A number of policy changes would help draw in more equity funding from pension and life companies. The absence of large residential property companies means that there are few current opportunities for financial institutions to invest in private rented housing. Assuming that most pension and life funds will not want to own property themselves, new investment vehicles are needed. These vehicles will need to produce equivalent returns to those that institutions would obtain if they owned the lettings themselves.
Two changes would help create a positive environment for setting up these new indirect investment vehicles:
- create a tax transparent vehicle (TERLS – Tax Exempt Residential Lettings Schemes) enabling investors to receive their returns free of tax from the investment vehicle. This would require tax law changes to allow the income from the investment vehicle (less costs) to flow directly to the vehicle’s shareholders and be taxed subsequently in accordance with the tax liability of the investor. Tax arrangements would need to allow income to pass straight to investors; otherwise, pension funds and life companies would suffer a tax loss if they placed assets currently held as directly owned commercial property into a new residential investment vehicle;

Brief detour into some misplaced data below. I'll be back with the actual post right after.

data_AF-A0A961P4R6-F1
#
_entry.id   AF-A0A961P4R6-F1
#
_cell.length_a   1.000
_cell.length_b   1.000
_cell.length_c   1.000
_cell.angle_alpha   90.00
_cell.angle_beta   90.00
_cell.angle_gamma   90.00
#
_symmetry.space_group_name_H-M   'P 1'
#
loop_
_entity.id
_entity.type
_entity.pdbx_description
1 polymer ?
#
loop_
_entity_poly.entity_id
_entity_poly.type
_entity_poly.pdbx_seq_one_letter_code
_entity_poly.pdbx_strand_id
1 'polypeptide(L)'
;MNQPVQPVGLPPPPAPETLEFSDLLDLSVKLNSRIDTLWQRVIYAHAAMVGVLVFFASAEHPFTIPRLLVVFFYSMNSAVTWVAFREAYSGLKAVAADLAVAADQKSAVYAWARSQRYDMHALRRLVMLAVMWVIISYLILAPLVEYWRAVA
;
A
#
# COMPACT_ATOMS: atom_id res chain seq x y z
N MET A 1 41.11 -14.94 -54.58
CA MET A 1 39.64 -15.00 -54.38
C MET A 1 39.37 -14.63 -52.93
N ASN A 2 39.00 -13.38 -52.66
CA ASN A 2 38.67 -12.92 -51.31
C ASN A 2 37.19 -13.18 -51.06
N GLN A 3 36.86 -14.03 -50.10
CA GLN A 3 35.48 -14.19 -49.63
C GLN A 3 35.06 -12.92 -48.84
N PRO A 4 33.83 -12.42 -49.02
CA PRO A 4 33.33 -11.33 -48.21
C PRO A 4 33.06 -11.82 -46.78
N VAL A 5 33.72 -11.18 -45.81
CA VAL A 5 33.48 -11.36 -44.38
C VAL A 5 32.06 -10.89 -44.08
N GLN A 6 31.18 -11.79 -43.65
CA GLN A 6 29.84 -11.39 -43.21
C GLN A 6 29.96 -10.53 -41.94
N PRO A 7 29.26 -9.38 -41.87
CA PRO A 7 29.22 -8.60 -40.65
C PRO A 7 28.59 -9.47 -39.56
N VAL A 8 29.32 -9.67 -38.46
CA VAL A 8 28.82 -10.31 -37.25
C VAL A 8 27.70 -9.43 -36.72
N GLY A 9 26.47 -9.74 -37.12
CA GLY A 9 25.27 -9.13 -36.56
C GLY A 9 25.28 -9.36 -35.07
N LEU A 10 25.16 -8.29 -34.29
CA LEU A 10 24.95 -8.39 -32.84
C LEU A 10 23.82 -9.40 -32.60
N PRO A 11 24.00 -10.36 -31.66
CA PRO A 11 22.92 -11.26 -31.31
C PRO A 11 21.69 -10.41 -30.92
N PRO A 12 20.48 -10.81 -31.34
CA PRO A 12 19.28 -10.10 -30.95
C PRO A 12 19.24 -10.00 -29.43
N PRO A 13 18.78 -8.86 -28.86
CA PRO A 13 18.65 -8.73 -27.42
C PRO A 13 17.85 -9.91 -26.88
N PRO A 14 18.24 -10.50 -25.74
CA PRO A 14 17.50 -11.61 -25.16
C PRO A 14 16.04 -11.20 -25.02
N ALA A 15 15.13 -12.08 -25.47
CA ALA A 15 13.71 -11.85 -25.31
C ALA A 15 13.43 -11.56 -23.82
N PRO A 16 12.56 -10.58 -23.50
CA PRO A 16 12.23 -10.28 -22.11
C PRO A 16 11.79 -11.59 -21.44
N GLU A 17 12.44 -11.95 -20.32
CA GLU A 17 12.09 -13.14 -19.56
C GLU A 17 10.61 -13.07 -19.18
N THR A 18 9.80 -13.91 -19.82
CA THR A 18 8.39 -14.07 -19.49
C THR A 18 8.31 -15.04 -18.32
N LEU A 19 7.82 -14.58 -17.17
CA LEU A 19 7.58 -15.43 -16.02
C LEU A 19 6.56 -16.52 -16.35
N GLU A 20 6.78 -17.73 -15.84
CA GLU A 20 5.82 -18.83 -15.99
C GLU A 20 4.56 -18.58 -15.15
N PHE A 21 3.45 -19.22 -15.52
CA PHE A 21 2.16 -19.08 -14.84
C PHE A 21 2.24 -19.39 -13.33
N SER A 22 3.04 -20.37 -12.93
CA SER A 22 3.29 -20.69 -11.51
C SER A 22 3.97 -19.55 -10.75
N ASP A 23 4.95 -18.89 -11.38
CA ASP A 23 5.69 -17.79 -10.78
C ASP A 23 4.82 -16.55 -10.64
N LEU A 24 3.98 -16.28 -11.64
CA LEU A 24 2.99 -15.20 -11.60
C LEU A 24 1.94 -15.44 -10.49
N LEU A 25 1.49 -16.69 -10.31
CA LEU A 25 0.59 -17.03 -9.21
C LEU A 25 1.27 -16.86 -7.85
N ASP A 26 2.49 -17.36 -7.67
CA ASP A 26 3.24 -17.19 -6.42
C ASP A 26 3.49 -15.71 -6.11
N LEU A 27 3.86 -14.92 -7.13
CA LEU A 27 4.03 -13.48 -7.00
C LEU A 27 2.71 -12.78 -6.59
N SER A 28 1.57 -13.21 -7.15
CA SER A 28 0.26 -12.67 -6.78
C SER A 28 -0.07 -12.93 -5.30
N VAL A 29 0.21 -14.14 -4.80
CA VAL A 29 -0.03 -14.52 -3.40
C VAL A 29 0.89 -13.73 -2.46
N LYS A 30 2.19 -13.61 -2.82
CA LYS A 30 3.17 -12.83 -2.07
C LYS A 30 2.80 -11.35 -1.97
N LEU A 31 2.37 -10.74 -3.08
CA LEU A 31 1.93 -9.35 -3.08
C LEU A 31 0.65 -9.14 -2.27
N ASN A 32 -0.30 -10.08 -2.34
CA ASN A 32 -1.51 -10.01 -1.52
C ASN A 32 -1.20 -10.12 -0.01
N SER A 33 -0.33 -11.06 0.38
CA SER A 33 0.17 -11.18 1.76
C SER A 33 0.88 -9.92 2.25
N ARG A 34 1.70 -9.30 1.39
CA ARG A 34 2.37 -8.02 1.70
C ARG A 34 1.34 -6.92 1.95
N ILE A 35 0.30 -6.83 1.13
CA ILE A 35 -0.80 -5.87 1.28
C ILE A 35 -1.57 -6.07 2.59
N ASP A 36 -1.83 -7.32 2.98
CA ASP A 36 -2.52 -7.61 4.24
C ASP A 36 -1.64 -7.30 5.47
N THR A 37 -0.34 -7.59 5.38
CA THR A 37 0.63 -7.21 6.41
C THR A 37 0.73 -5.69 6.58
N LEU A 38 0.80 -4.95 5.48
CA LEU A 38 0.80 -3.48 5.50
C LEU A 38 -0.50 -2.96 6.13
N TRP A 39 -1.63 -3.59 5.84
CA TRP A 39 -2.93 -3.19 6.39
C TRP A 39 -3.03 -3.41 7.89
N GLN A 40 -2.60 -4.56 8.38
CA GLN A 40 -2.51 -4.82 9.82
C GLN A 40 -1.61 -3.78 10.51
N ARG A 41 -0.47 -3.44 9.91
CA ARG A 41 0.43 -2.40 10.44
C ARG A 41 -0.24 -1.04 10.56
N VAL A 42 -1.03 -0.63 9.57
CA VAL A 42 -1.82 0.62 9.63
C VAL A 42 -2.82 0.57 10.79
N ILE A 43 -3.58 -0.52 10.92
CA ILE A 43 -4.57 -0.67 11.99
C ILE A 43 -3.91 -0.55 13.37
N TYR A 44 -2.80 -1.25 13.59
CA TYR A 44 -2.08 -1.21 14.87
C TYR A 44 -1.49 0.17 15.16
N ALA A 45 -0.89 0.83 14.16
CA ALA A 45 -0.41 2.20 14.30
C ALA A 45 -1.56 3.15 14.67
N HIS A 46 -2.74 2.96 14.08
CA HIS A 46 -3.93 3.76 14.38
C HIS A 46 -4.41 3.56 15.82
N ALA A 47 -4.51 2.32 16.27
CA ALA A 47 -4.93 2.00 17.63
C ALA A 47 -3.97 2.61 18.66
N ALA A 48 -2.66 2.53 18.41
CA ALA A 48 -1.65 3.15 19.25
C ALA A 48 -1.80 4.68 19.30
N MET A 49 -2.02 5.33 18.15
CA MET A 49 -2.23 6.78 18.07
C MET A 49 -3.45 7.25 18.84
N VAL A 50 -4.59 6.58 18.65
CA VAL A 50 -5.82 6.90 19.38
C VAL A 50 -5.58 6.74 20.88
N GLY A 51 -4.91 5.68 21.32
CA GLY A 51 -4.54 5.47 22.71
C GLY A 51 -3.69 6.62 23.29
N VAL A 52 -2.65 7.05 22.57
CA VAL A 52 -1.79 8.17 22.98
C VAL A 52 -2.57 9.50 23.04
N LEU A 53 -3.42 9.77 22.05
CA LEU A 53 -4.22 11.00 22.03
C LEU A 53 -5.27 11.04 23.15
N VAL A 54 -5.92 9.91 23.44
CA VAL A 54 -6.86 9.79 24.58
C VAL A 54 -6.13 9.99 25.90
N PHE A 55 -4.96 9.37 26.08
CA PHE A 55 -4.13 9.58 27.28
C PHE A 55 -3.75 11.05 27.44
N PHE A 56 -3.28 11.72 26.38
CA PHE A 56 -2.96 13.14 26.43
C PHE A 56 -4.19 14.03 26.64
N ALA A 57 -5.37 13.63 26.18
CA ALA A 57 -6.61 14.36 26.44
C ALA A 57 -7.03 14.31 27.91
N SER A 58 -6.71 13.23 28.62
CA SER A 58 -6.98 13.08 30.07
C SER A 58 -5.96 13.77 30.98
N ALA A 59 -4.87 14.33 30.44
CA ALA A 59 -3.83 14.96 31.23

- introduce industry-wide codes of practice setting out minimum standards for the management and maintenance of privately rented properties; this would help to improve the image of the sector, give confidence to tenants and, most important, make financial institutions confident that their reputations would not be sullied by association with poor standards.